Always know your rights, especially when and where they apply.
by HOWARD N. ARONSON, managing partner, Lackenbach Siegel, LLP
If you think someone has stolen your intellectual property — or injured your toy business in any other way — your company must act promptly. Time is not on your side: A statute of limitations may kick in and bar your action, so it’s important not to wait for incontrovertible evidence. The period to start your lawsuit begins when your company first had reasonable knowledge of the injury — not the date when you are certain a wrong has occurred.
DIFFERENT STATES, DIFFERENT RULES
Statutes of limitations vary greatly among the 50 states. In trademark cases, the courts will look to the state statute of limitations for analogous types of actions. For example, New York and New Jersey courts have applied a six-year limitation period for fraud. In other states, that period is only two years.
In the case of patent infringement, cases must be brought within six years for damages to be considered. Of particular concern for toy businesses, the limitations period for actions on written contracts varies from two to 10 years. In any given case, counsel will advise which limitations period is likely to be applied by the court in your state.
In some states, the courts have used the statute of limitations of an analogous state law within that state, such as a consumer fraud statute, which provides a three-year limitations period in some cases. Other state courts have laws in place that provide a set statute of limitations to any claim in which state law does not currently specify a statute of limitations for the given claim.
WHY APPLY STATUTES?
Statutes of limitations have a long history. In ancient Greece, legal cases carried a five-year statute of limitations, with homicide serving as an exception. The justification was that statutes of limitations controlled “professional accusers” (sykophántēs in Greek).
More recent reasons include:
• To require parties bringing claims to pursue those claims diligently;
• To avoid “stale claims,” in which defendants may have lost the evidence (including witnesses and memories) necessary to disprove the claims; and
• To avoid the injustice of pursuing a claim that has long lain dormant — particularly in criminal cases.
Overall, statutes of limitations are judged to promote stability and certainty, so there is a time beyond which a claim cannot be pursued.
Statutes of limitations often appear one-sided, but nevertheless, the principle remains that one can lose one’s right to recover on a claim (whether it’s fair or not). Simply put, businesses should tread carefully — and promptly — regarding statutes of limitations.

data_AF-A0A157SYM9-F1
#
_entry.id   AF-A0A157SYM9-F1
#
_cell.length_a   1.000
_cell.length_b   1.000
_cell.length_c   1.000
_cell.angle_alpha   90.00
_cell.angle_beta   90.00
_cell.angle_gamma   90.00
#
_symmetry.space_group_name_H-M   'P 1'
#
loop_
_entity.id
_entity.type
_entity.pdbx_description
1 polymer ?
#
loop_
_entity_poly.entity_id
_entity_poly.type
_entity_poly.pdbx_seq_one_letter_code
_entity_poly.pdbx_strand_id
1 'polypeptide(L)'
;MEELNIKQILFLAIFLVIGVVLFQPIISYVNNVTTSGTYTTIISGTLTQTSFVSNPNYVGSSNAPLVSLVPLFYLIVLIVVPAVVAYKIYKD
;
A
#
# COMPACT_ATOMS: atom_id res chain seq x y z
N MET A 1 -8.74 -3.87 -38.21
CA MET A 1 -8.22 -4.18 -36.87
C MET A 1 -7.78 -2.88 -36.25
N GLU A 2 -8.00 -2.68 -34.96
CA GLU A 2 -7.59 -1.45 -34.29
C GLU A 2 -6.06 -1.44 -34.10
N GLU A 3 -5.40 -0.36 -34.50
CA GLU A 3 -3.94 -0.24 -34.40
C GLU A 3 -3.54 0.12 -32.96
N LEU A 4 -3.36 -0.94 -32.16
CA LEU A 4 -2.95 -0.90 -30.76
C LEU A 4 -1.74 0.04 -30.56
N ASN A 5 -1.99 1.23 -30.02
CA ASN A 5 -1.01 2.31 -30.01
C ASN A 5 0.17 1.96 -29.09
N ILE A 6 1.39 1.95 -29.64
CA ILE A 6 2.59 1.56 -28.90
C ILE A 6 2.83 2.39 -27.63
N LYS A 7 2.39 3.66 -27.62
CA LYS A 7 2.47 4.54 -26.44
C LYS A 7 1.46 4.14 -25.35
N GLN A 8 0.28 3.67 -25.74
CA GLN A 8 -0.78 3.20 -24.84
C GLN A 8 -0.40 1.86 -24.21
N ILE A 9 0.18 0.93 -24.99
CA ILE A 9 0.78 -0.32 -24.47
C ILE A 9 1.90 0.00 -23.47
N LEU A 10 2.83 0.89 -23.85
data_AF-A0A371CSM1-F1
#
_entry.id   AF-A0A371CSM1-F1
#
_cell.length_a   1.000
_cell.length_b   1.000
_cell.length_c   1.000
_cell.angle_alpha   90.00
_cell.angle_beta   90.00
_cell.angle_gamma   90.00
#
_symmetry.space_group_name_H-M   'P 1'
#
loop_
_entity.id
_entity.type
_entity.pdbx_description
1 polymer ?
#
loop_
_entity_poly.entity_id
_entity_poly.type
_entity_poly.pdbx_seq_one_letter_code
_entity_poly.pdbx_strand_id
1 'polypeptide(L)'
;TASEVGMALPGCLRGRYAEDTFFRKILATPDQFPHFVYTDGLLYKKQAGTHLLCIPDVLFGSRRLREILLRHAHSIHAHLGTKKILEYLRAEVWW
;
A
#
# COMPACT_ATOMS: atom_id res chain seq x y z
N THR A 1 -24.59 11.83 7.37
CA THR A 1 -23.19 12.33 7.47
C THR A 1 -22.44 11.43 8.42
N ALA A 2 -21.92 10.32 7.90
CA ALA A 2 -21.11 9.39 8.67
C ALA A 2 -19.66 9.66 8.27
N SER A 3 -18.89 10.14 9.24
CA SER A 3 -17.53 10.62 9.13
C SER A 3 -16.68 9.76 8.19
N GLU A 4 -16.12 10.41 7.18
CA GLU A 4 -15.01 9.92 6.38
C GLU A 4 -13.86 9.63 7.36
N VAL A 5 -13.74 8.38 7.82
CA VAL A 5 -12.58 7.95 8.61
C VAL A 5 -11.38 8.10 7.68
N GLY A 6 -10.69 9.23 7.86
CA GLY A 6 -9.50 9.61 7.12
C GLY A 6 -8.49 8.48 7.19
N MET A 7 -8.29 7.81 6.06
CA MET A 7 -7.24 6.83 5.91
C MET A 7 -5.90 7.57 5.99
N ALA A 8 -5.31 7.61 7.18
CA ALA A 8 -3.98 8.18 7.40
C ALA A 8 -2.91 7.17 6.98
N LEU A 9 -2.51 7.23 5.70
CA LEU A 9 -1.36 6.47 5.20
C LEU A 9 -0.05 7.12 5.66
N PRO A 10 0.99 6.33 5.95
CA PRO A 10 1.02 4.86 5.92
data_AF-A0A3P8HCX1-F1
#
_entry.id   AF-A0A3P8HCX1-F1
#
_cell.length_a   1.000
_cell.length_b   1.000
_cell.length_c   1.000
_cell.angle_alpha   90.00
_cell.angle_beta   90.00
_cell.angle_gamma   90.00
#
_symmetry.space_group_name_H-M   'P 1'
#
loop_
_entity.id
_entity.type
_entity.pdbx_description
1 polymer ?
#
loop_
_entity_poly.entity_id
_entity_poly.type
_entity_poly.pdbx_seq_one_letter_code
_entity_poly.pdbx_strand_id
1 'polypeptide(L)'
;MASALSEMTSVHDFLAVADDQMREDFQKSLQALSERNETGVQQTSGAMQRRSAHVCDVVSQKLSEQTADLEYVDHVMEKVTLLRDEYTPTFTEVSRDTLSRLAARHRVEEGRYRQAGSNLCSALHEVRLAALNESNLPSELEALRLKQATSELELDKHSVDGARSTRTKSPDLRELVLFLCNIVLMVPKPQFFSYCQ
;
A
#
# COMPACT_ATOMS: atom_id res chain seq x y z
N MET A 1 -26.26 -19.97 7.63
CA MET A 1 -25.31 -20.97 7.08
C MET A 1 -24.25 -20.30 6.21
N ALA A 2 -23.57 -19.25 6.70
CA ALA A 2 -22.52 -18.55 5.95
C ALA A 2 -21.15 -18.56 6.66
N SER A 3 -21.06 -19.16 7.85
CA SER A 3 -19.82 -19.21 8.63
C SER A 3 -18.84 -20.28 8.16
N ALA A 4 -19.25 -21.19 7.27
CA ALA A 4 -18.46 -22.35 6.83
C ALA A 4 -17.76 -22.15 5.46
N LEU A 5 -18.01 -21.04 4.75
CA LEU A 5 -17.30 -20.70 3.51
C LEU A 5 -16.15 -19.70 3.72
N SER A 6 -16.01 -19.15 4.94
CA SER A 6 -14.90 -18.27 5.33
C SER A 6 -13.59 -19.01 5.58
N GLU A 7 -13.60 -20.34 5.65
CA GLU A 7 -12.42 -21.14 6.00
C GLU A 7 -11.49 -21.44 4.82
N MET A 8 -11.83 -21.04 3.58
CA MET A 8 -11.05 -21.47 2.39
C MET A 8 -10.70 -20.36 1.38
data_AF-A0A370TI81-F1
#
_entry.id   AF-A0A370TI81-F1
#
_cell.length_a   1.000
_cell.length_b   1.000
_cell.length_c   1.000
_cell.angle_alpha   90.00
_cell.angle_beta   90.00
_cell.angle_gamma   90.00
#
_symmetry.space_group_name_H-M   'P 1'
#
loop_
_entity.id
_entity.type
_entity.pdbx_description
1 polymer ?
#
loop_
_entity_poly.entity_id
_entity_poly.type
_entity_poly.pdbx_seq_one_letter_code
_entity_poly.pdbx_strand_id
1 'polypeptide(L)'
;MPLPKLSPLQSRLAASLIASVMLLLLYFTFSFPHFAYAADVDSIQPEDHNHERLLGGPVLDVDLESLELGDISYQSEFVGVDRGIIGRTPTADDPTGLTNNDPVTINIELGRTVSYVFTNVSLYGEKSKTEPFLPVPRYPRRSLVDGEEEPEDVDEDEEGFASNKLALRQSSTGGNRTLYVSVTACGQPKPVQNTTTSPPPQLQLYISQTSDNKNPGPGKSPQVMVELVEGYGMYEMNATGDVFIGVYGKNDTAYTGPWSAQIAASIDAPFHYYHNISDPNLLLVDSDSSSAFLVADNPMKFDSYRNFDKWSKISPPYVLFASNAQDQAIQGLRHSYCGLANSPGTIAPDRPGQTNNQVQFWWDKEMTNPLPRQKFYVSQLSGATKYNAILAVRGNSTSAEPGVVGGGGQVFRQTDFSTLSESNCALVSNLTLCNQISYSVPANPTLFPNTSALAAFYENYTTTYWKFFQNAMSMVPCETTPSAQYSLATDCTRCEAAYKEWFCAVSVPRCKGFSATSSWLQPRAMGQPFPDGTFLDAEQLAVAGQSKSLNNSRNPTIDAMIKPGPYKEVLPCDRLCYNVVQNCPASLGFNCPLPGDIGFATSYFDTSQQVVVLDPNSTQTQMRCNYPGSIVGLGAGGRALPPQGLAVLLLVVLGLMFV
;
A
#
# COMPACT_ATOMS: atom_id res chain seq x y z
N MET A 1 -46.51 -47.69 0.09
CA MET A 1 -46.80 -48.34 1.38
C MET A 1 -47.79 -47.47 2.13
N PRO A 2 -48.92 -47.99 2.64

TIMING IS EVERYTHING
Cases are often decided based upon the exact date on which the statute of limitations began to run. A limitation period usually is measured from the time a cause of action accrues — the date upon which a plaintiff would first be able to bring the claim — or the date upon which the plaintiff first becomes aware of a physical, business, or other type of injury.
Often, a party bringing a claim argues that the statute of limitations should not apply or that it should be extended because the other party wrongly concealed the injury. For example, a defendant who uses fraud to conceal the alleged wrong thus tolls (i.e., suspends) the statute of limitations until the plaintiff discovers the claim against them.
In other kinds of cases, the courts apply the “discovery rule,” meaning the limitation period begins not when the alleged injury occurs, but when the party bringing the claim knew — or should have known — that the injury occurred. However, since the time between an injury and its discovery can stretch over many years, courts often decline to apply the rule.
Once your company has reasonable knowledge, it’s time to take steps to protect its rights.
Often, the statute of limitations is delayed or halted by the discovery rule, otherwise the statute of limitations begins to run when there is reason to suspect an injury or a wrongful cause. Note that only a suspicion is necessary (the specifics of how, when, and where the injury occurred can come later), but the clock will start ticking. Waiting appreciably past this date brings risks.
Do not rely upon a belief that the clock has stopped because the company that caused the injury is using fraudulent means to try to conceal its action. Companies should seek legal advice immediately so they don’t doom their claims, even if meritorious, because frankly: “you snooze, you lose.” It may sound unfair, but it’s the law!
This article originally appeared in the February 2020 issue of the Toy Book. Click here to read more!